Gas can enter arteries (arterial gas embolism) due to alveolar-capillary disruption (caused by pulmonary overpressurization, e.g., breath-hold ascent by divers) or veins (venous gas embolism, VGE) as a result of tissue bubble formation due to decompression (diving, altitude exposure) or during certain surgical procedures where capillary hydrostatic pressure at the incision site is sub-atmospheric. Both AGE and VGE can be caused by iatrogenic gas injection. AGE usually produces strokelike manifestations, such as impaired consciousness, confusion, seizures and focal neurological deficits. Small amounts of VGE are often tolerated due to filtration by pulmonary capillaries. However, VGE can cause pulmonary edema, cardiac "vapor lock" and AGE due to transpulmonary passage or right-to-left shunt through a patent foramen ovale. Intravascular gas can cause arterial obstruction or endothelial damage and secondary vasospasm and capillary leak. Vascular gas is frequently not visible with radiographic imaging, which should not be used to exclude the diagnosis of AGE. Isolated VGE usually requires no treatment; AGE treatment is similar to decompression sickness (DCS), with first aid oxygen then hyperbaric oxygen. Although cerebral AGE (CAGE) often causes intracranial hypertension, animal studies have failed to demonstrate a benefit of induced hypocapnia. An evidence-based review of adjunctive therapies is presented.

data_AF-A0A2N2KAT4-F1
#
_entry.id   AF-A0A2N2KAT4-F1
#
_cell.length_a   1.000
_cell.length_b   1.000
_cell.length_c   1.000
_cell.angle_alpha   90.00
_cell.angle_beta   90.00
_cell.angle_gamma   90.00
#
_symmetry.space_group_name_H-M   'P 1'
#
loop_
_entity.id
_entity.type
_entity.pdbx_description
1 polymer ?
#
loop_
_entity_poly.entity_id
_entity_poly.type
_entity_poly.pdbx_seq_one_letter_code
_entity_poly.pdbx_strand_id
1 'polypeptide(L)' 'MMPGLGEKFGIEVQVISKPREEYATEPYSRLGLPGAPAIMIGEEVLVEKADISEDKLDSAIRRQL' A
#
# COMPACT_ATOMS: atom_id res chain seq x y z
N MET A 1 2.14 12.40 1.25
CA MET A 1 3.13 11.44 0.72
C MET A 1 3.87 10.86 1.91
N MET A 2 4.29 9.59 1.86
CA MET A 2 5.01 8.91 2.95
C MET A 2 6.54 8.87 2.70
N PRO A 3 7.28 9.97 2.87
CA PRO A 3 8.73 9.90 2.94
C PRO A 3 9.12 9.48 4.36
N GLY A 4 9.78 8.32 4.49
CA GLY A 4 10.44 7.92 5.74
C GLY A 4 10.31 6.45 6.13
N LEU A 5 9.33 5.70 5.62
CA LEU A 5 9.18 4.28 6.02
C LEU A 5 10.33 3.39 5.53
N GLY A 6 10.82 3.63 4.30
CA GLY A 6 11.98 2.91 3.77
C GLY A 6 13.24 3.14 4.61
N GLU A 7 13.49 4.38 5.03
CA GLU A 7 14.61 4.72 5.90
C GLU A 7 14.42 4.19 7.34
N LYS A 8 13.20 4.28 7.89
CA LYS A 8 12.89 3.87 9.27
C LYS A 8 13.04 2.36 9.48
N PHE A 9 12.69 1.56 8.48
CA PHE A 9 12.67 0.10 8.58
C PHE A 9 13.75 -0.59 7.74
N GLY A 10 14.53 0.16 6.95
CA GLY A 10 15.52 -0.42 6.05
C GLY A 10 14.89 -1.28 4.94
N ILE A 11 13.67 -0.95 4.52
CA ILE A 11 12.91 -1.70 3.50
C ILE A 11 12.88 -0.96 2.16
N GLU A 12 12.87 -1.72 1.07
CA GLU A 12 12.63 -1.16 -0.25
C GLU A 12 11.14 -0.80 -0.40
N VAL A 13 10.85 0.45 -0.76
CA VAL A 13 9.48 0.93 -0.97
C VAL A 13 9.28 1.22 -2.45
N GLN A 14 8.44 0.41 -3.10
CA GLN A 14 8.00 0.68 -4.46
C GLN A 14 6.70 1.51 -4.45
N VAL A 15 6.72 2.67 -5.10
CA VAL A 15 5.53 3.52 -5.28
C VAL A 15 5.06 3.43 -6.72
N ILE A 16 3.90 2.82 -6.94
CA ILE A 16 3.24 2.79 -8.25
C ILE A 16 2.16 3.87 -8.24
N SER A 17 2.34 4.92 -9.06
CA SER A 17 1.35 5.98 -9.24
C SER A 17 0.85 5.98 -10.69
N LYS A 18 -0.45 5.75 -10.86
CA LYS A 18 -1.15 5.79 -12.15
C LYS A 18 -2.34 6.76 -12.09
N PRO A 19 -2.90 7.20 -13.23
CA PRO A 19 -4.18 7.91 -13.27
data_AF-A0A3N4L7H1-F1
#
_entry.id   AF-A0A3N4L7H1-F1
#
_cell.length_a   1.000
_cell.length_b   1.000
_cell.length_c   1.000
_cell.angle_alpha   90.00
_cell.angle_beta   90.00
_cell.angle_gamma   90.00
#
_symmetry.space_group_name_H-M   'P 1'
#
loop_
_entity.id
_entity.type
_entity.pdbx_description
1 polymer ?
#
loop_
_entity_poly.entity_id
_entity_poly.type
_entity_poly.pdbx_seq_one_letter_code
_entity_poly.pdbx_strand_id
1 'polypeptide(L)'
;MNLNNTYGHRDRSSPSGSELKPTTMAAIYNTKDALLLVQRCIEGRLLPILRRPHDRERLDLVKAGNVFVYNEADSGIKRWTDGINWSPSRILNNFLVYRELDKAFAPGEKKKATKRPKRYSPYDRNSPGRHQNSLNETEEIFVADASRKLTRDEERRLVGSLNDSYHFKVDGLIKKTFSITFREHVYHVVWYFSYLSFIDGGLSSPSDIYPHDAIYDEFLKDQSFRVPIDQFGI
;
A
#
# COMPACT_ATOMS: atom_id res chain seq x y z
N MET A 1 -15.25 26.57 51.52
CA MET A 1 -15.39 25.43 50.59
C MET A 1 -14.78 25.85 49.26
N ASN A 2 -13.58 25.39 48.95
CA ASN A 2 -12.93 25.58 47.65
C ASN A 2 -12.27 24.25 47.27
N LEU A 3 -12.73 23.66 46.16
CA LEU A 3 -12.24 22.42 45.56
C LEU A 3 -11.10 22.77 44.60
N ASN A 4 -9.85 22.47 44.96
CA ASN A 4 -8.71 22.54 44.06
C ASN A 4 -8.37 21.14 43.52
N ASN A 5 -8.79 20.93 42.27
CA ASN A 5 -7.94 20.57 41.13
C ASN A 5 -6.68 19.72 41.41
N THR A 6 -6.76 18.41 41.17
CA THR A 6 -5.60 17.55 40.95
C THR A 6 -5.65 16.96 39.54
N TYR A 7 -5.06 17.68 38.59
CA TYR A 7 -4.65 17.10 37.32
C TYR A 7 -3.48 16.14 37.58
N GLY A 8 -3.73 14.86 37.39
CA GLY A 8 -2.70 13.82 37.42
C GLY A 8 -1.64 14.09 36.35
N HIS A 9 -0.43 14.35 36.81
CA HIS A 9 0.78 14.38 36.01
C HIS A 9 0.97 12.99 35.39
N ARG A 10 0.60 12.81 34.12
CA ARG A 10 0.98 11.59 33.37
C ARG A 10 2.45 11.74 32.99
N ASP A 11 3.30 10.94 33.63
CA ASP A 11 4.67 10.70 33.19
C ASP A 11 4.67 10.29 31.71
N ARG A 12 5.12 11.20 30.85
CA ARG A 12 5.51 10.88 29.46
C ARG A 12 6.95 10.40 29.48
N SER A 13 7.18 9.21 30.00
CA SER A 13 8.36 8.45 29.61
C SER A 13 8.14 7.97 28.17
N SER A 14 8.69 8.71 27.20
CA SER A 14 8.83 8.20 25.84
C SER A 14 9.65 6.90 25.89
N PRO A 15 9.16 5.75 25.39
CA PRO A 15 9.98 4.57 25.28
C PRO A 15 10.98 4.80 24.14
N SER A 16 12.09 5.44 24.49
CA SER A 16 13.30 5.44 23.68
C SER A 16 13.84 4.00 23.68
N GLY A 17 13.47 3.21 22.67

[PubMed - indexed for MEDLINE]
sumber : http://www.ncbi.nlm.nih.gov/pubmed/24851554